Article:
I was luckily able to get in touch with two exceptionally kind scientists, which both said the operation is doable, but likely not to the factory’s standard. I learned that desiccants are located in the “sealed” chamber (more on that later) and the factory will replace the O-rings, the Peltier element, and refill the chamber with inert gas. The official pricing also differs drastically from the distributor’s, which means they are marking up the costs. This is a very common practice.
I was anticipating a challenge, which will be exacerbated by my injury. This cannot be further from the truth. The method to fix this was not only incredibly easy, it was performed in under 10 minutes and completely eliminated the condensation problem.
You will need the following tools:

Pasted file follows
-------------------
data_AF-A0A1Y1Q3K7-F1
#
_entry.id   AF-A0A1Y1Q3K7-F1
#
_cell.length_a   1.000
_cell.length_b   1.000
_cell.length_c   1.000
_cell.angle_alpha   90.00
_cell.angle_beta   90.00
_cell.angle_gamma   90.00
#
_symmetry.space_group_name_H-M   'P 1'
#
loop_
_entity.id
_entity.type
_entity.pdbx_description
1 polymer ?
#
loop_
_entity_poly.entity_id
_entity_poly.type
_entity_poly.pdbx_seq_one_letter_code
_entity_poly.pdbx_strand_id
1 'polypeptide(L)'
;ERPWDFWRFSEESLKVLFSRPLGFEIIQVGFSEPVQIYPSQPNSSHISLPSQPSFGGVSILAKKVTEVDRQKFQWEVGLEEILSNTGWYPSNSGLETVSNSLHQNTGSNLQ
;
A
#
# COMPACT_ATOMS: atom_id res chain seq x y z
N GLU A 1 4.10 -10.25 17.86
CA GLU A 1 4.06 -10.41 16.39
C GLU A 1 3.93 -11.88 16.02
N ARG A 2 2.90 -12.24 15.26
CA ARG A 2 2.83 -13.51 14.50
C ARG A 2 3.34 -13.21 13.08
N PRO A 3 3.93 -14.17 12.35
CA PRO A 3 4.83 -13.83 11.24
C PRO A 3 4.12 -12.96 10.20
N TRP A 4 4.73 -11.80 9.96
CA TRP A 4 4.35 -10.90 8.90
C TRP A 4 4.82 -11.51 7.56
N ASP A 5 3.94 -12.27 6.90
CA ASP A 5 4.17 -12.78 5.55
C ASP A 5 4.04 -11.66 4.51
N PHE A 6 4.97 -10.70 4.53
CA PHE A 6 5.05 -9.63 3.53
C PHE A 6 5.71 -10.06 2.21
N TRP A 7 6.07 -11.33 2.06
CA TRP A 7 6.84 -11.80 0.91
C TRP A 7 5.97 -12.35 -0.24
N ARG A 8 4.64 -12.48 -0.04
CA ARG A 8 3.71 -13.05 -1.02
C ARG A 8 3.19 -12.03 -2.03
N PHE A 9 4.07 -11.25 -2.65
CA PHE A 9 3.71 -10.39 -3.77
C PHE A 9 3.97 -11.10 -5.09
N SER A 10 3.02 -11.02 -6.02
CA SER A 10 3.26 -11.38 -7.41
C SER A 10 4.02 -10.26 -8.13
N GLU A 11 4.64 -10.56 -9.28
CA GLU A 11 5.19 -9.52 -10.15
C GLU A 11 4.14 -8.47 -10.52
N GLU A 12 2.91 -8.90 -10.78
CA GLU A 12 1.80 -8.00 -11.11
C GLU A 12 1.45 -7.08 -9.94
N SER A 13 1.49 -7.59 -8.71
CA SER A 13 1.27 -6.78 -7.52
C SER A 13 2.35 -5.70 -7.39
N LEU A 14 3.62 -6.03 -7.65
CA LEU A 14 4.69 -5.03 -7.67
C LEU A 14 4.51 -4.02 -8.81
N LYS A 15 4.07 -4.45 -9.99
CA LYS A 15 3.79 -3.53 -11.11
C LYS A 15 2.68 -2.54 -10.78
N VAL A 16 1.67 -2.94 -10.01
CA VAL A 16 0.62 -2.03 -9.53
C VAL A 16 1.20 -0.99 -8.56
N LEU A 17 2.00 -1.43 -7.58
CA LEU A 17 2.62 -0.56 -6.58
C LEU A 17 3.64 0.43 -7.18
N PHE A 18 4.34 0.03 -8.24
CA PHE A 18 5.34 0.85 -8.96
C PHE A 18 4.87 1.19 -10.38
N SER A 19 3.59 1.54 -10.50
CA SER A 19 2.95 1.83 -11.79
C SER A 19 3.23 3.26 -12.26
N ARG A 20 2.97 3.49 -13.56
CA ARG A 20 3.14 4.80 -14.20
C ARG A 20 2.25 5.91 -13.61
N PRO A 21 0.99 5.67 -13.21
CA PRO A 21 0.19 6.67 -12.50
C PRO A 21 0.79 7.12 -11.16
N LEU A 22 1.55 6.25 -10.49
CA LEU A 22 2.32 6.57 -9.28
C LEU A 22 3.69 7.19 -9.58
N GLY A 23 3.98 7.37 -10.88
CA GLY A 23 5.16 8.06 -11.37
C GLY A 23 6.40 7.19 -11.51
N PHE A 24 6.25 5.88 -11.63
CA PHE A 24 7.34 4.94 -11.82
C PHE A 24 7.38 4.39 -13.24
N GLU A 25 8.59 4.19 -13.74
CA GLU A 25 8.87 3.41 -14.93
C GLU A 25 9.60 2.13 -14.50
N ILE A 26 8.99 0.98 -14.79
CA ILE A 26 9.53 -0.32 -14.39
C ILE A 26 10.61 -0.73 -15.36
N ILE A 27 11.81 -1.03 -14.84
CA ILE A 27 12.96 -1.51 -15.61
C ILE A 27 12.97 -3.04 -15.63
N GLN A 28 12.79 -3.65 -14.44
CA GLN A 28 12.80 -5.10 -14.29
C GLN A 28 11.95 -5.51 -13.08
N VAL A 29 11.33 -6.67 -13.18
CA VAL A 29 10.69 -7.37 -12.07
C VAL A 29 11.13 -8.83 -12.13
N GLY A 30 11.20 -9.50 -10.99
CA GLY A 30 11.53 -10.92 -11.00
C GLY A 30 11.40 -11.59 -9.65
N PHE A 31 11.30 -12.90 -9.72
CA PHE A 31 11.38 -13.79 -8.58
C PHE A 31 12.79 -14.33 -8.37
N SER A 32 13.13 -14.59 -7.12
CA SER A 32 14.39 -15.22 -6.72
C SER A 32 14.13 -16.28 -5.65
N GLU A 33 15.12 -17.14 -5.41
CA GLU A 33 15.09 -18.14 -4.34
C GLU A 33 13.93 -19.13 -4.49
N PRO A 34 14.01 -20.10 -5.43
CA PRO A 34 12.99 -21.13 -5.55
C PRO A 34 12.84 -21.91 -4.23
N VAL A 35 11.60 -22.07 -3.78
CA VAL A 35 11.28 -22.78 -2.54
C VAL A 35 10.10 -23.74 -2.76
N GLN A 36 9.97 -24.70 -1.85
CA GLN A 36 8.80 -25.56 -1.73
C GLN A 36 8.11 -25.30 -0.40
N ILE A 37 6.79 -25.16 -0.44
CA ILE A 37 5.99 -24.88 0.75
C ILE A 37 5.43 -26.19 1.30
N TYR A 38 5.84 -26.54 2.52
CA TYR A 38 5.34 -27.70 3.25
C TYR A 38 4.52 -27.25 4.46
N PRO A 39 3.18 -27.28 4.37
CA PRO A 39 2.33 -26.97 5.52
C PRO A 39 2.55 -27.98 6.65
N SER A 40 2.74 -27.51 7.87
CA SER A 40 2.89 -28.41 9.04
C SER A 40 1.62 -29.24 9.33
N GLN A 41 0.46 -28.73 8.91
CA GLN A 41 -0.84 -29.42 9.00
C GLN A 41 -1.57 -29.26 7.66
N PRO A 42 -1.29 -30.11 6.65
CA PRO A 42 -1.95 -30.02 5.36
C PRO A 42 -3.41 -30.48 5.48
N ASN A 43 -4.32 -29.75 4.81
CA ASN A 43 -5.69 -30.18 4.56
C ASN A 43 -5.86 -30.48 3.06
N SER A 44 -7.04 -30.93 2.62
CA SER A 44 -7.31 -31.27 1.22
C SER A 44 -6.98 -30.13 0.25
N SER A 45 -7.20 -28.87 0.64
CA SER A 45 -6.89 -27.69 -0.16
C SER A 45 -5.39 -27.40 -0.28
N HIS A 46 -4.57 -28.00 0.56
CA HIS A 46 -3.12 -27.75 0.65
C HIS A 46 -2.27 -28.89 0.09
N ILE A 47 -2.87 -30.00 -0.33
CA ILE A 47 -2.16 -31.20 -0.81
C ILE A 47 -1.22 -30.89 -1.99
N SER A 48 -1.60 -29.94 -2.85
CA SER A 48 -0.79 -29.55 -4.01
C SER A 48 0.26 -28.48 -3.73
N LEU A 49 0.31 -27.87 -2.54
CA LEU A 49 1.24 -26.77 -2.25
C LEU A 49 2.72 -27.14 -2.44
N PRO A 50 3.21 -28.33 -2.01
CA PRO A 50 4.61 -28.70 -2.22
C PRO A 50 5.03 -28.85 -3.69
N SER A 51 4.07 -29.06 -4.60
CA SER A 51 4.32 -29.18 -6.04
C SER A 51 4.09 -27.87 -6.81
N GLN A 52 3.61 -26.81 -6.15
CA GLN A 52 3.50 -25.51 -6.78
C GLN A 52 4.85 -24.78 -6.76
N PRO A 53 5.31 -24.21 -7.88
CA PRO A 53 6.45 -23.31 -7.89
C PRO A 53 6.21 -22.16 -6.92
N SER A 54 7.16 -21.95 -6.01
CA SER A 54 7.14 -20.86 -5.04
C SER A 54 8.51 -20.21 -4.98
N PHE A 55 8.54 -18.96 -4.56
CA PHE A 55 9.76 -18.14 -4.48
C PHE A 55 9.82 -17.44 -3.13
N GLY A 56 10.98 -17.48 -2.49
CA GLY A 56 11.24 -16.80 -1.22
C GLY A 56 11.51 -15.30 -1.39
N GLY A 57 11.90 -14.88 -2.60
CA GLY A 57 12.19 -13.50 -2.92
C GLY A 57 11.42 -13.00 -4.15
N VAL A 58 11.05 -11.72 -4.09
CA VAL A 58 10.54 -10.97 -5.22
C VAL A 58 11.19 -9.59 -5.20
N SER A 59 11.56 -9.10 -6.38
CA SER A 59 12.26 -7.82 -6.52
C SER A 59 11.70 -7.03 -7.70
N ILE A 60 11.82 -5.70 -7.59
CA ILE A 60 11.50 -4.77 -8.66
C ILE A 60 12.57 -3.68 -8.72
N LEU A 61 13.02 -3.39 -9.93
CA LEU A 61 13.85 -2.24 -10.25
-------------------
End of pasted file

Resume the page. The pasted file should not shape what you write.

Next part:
- Metric hex wrench set
- Security Torx screwdriver
- Ideally, an antistatic wristband connected to an antistatic mat
- Ideally, a clean bench free from dust
- Ideally, a sensor swab and optics cleaning fluid
- Dust blower
This operation is best done in a clean room or a dust-free clean working bench. Unfortunately, I have access to neither.
See the four Security Torx screws, invented by Satan himself? Carefully remove them. Then, remove the four hex screws with a size three hex wrench. These are very tight.
After all eight screws are removed, use a pair of tweezers to fish the four washers out of the hex screw slot. Now, carefully pull the front plate off.
The beautiful sCMOS sensor is now revealed. Set the block aside. We will focus on the front plate.
These four hex screws can be removed easily, I believe I used a size 1.5 hex wrench. Please note that the bracket is actually slightly rectangular. With the bracket removed, the four desiccant packs can be taken out.